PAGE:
Reviews written by registered user
|17 reviews in total|
Finally saw the uncut version of this on a premium channel. First, the
movie was based on a novel by Ira Levin, who wrote "Rosemary's Baby"
years ago, about a bunch of weird witches in a kinky New York apartment
building and several unexpected deaths in the building. This is about a
bunch of perverts in a kinky New York apartment building and several
unexpected deaths in the building. So there's an odd feeling of
Next, the script, by Joe Ezterhaus, is "Basic Instinct" meets "Jagged Edge." The film starts out like a classic woman in peril film, except the woman is Sharon Stone and the camera lingers on her obsessively. It's soft porn in some shots and hard core in the shower scenes where we get to imagine her masturbating. The scenes with her in them just go on and on. (Yes, she is/was beautiful, but a fabulous face can't carry this sorry mess.)Its a mish-mash of a bad plot, bad dialogue, uneven acting and we've seen it all before. Twice. Nothing new is added to the film to make it interesting except the concept of voyeurism and it's not enough.
*** This review may contain spoilers ***
***SPOILERS*** I don't know how I went so many years without seeing
this film, but when I finally saw it last night on cable I was
Yes, Ava Gardner was beautiful, but her Spanish (the accent and when she spoke the language) and her lengthy monologues on love and desire, especially the "Barefoot" monologue she has with Bogie near the beginning of the film, were overwrought and not at all convincing. I realize the movie was made in the fifties, however the smoldering looks she gave all the men and the veiled sexual references throughout the film -- and the absurdity of her husband handing her a letter (A LETTER!) on their wedding night describing his war injuries -- made me laugh out loud several times. (Note to movie fans: even in the 1950's that would have been grounds for an annulment of the marriage, ESPECIALLY in Catholic countries like Spain and Italy. I don't care how much she supposedly loved him. To stay in a sexless marriage would go against everything the audience has been shown about her character up to that point.)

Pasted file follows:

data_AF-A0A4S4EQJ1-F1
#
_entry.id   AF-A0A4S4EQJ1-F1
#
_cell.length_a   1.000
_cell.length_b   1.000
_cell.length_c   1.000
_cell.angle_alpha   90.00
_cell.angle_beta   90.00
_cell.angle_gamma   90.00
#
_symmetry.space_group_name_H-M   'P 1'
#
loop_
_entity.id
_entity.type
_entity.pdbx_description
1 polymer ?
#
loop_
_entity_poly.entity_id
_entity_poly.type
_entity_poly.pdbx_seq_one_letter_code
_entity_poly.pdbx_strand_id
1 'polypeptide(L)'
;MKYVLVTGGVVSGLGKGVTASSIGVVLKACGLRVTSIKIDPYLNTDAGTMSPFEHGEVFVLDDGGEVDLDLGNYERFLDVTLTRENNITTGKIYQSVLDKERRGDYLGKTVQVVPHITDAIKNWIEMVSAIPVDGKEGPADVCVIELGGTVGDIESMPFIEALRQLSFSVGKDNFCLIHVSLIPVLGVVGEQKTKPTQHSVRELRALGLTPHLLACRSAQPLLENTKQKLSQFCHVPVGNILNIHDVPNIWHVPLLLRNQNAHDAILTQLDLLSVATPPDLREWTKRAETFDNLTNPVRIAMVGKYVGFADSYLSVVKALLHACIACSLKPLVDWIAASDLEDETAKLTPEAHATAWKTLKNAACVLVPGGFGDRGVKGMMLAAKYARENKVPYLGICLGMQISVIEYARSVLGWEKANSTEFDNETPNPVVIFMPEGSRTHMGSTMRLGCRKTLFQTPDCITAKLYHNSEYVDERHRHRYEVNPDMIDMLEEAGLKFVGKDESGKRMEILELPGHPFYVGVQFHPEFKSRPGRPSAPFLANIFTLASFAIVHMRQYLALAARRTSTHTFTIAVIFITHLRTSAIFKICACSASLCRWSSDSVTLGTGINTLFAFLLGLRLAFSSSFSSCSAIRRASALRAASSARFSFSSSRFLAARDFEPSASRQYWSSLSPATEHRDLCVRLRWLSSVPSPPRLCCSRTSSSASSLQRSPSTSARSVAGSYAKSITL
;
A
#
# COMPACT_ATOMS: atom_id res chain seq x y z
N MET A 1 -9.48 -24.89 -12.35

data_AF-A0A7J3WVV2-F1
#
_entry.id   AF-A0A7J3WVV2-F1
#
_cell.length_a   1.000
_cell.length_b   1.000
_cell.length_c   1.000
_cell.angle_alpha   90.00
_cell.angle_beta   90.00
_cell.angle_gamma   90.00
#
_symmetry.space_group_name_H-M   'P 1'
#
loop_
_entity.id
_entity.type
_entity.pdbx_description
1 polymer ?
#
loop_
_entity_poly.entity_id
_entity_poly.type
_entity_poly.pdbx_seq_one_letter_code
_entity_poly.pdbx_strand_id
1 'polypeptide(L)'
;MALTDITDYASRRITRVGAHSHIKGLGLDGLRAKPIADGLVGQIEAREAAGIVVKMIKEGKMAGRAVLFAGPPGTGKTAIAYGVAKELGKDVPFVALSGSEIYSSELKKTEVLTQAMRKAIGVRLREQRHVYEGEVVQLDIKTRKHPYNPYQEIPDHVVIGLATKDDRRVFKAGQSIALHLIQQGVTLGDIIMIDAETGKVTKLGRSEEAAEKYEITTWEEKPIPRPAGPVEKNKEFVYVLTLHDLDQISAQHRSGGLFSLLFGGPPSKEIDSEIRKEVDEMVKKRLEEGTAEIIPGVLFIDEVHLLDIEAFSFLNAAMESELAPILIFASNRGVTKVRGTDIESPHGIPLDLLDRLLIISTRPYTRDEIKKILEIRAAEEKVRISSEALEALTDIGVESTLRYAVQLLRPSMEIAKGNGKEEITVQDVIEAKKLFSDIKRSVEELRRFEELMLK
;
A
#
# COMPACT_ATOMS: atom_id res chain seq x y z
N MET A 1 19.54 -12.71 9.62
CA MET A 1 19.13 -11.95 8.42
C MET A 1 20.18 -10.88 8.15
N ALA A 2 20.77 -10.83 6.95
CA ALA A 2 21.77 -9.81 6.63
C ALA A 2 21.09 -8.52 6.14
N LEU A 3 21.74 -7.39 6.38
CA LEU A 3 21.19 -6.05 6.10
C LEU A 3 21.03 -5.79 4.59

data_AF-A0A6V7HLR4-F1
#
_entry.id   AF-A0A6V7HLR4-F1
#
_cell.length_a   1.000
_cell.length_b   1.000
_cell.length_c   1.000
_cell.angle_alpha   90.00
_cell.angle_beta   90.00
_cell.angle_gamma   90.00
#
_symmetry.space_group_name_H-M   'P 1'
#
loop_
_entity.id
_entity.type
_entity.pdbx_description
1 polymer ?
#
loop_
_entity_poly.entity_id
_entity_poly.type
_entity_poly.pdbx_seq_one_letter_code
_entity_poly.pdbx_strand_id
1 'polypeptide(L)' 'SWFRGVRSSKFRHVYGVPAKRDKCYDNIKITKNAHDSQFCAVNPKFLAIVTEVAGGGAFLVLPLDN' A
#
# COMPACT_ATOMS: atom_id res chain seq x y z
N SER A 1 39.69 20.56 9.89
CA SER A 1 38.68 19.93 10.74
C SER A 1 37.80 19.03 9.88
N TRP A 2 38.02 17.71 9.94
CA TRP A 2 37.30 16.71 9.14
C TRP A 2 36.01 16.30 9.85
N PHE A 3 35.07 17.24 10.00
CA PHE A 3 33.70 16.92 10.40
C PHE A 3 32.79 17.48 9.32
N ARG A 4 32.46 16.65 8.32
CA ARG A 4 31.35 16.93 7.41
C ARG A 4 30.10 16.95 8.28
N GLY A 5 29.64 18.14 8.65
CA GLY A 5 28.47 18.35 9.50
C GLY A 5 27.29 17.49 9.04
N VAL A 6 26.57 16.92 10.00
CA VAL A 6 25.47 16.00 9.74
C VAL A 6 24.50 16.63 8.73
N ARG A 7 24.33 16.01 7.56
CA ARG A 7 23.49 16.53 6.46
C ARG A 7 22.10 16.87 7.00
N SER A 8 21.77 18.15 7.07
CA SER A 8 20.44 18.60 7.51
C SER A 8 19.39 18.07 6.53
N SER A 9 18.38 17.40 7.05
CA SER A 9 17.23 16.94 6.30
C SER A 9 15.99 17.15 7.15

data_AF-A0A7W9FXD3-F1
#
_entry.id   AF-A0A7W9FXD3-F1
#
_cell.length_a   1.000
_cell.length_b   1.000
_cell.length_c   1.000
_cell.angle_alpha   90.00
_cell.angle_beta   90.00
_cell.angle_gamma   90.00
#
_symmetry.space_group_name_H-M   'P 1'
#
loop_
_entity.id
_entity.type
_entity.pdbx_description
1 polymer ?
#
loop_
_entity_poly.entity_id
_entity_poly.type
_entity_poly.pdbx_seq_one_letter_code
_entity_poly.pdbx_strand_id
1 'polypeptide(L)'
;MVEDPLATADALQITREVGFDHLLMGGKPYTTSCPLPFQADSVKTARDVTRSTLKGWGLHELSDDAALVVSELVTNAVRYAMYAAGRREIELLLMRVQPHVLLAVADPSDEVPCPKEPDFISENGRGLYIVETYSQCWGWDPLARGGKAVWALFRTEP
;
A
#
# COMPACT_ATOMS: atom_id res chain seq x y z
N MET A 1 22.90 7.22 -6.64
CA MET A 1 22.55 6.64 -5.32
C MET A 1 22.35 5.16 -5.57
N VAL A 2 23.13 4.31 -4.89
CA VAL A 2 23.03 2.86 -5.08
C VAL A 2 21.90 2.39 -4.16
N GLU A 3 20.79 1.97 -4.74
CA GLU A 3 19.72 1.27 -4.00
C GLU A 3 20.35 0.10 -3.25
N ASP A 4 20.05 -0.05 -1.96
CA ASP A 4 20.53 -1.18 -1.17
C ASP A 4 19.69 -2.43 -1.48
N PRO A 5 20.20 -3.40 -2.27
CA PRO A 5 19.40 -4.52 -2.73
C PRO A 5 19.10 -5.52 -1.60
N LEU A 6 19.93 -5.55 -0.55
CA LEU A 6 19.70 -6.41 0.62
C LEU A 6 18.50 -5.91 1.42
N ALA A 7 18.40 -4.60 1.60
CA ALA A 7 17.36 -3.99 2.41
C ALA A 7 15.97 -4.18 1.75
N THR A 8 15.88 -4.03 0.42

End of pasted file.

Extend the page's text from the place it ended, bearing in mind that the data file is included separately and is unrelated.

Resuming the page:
Most of the writing and the dialogue was fabulous, but the execution left a lot to be desired. We are given very little reason why her father shoots her mother, for instance, other than to foreshadow her own demise. (Since when is it a surprise that poor peasant families scream at each other in movies? And since when does that lead to murder?)
The scene where Edmund O'Brien tells his boss where to get off was great, and Bogie was, well, Bogie. He was fabulous and convincing, but all in all, I wasn't that impressed.
I wish someone would do a re-make so the sexual situations and tensions could be clarified and the music updated for the screen -- the full orchestration was tedious, frankly -- but knowing the movie business today they'd probably cast someone like Mischa Barton in the title role and screw it up even worse.
I agree with so much of what the others who love this movie are saying: go see it.
From the opening shots of the guard towers and the sound of distant clapping at Folsom Prison, this film had me.
Joaquin Phoenix is amazing; he eats up the screen. Powerful and incredibly convincing performance. (And yes, it's him singing. Nobody is faking this. It's really him and it's really her.) And by the way, while I knew Reese Witherspoon was a really good actress, I didn't know she was THIS good... A fabulous, nuanced performance on her part.
The music takes you through their lives and through a lot of the musical history of the 50's and 60's. Worth seeing in the theater for the cinematography and sound.
*** This review may contain spoilers ***
I was extremely disappointed in the latest offering from the wonderful
writer and director James Brooks. It is difficult to believe or like
ANY of the adult characters. First, poor Tea Leoni is the most hideous,
narcissistic mother seen on film since the 1930's. Her husband is a
wuss of monumental proportions and this couple, supposedly together
since high school, communicate in nothing but Westside L.A. feel good
code: They need their "space;" they "validate" feelings. It's as if
they've spent their entire marriage in aroma therapy and self-esteem